10Myelin sheath White fatty casing on axon Acts as an electrical insulatorNot present on all cellsWhen present increases the speed of neural signals down the axon.Myelin SheathKey words: myelin sheath; action potentials; axonInteresting facts:- The myelin sheath is NOT a part of the axon. The myelin sheath is actually formed of glial cells (oligodendricytes and Schwann cells) that wrap around the axon.- You may have often heard the brain referred to as either white matter or gray matter. The myelin sheath appears white in nature. Hence, the term white matter refers to areas of the brain that are myelinated. Gray matter refers to areas of the brain that are unmyelinated.- When you accidentally cut yourself, you often visually notice that you've cut yourself before you actually feel any pain from the cut. The reason for this is that visual information uses myelinated axons; whereas, pain information uses unmyelinated axons.- The loss of myelin is a significant factor in the disease multiple sclerosis (MS). When myelin is lost, the high-speed transmission of information is slowed down or blocked completely, which could lead the person with the inability to walk, write or speak.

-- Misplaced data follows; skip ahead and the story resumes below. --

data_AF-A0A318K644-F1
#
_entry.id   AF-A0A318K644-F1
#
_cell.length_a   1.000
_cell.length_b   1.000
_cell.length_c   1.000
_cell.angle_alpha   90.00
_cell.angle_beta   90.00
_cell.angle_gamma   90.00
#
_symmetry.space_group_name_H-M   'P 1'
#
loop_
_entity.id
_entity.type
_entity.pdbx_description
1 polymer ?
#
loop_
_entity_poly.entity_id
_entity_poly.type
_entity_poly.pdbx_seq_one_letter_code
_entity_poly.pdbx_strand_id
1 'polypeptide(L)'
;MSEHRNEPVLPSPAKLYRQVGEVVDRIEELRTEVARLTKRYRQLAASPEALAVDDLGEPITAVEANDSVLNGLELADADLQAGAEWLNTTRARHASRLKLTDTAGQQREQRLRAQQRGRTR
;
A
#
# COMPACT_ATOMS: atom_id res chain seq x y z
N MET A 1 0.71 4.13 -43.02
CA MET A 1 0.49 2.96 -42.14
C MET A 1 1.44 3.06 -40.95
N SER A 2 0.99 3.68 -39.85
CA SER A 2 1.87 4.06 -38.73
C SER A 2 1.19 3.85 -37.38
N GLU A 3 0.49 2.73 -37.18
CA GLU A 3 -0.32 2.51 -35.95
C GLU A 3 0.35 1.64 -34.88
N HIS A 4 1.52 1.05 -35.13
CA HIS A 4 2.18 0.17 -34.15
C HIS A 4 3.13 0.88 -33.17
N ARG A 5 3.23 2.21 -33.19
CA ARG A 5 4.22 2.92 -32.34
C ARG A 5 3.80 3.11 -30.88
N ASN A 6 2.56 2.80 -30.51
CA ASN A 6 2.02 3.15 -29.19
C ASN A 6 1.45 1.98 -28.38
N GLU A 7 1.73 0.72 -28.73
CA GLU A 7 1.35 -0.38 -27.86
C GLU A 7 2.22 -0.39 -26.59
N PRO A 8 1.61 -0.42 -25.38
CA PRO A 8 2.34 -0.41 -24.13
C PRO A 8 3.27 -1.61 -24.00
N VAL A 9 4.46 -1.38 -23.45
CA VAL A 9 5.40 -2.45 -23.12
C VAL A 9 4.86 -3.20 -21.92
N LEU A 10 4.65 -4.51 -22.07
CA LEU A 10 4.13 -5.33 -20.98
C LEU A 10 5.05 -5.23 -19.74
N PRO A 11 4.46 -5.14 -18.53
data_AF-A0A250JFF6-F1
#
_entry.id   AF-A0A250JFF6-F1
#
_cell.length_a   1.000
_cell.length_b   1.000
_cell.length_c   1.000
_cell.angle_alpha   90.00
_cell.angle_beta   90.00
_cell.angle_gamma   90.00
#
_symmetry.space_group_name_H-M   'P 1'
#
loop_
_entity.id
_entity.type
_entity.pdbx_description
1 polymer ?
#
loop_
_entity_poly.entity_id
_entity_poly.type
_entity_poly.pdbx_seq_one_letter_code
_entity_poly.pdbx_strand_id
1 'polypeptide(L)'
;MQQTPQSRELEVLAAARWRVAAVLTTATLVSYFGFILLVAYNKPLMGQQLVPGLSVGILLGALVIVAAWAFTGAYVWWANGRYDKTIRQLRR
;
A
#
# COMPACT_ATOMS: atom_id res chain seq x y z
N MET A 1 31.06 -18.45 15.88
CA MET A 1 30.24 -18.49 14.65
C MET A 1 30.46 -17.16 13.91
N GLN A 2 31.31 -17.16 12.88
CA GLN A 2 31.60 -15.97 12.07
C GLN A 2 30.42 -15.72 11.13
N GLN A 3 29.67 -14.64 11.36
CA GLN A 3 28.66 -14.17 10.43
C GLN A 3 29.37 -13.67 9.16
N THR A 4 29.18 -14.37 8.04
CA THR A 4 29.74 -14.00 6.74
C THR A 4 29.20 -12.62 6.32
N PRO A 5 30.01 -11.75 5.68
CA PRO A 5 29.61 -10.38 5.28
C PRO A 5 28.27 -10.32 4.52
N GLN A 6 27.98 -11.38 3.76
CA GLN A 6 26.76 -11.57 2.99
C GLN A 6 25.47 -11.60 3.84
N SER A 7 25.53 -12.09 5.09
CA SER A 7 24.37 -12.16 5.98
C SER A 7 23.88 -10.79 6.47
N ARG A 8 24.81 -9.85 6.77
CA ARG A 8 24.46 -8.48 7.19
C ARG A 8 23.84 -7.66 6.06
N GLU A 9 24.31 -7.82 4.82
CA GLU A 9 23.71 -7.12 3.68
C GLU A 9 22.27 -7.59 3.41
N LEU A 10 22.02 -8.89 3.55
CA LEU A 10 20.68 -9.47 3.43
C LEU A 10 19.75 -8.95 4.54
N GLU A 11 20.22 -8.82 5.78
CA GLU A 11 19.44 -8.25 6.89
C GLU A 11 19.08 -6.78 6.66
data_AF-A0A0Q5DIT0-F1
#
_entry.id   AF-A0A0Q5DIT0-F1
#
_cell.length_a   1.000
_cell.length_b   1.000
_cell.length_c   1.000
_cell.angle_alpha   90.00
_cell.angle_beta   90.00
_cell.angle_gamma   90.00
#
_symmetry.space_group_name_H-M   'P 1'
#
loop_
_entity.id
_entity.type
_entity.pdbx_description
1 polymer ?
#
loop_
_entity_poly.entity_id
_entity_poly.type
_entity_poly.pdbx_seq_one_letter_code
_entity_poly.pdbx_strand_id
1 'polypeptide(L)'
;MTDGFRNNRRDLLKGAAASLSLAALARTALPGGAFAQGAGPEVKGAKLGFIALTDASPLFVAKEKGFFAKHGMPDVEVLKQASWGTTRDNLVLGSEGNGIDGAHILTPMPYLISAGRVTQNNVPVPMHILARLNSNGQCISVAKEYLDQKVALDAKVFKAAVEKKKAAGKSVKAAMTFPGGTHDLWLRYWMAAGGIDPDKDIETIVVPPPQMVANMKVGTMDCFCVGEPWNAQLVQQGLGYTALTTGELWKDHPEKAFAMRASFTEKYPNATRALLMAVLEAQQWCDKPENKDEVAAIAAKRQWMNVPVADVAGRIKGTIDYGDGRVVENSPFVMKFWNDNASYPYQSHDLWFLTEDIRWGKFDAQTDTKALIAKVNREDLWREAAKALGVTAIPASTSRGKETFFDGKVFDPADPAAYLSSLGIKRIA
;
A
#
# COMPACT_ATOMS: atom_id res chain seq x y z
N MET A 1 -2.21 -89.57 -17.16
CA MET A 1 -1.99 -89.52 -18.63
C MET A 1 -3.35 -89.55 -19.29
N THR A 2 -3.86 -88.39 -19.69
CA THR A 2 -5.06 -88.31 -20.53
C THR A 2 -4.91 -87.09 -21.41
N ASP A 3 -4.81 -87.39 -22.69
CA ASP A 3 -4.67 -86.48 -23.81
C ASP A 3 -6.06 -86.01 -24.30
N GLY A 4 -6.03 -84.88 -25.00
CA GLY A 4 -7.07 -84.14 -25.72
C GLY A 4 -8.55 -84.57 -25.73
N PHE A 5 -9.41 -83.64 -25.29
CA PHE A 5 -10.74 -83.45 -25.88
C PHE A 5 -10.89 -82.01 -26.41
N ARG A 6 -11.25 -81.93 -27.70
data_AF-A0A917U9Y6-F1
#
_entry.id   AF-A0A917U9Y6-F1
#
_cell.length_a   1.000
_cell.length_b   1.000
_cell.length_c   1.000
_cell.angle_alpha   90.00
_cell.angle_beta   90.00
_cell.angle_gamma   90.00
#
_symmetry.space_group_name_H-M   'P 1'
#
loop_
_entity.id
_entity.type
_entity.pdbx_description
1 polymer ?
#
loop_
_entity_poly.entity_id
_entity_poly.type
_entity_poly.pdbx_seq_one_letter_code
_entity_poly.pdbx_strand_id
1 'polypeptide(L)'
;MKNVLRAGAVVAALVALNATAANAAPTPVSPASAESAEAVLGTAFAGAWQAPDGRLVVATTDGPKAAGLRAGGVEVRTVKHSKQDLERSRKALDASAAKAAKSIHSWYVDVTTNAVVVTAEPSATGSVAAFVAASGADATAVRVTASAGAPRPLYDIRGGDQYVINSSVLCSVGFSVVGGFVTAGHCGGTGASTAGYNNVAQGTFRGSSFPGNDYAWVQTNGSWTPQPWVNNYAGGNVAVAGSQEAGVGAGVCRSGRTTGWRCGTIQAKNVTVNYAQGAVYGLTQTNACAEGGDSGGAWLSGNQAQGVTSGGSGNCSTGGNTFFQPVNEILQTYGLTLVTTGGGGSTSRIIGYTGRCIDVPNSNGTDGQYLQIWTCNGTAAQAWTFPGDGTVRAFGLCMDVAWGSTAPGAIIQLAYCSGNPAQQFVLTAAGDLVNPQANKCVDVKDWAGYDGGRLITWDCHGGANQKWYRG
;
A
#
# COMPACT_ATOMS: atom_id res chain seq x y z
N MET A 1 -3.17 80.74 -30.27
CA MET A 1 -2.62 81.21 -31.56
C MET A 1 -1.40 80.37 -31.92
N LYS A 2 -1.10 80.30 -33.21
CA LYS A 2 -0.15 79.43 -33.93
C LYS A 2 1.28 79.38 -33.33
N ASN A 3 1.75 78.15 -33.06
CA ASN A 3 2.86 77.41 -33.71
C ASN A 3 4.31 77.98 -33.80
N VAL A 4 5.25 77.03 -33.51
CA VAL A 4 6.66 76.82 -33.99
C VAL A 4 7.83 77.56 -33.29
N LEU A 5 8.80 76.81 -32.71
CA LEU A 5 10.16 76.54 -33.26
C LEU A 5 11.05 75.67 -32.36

11How neurons communicate Neurons communicate by means of an electrical signal called the Action PotentialAction Potentials are based on movements of ions between the outside and inside of the cellWhen an Action Potential occurs a molecular message is sent to neighboring neurons
12Cell Membrane in resting state Ion concentrationsCell Membrane in resting stateK+Na+Cl-A-Outside of CellInside of CellKey words: ion concentrations; cell membrane; intracellular fluid; extracellular fluid; Na+; Cl-; K+Slide ten represents a schematic of the typical concentrations of the intracellular and extracellular fluids. There are large concentrations of sodium and chloride ions concentrations of on the outside of the cell (relative to inside the cell). There are large concentrations of potassium ions and protein molecules on the insde of the cell (relative to concentrations on the outside of the cell).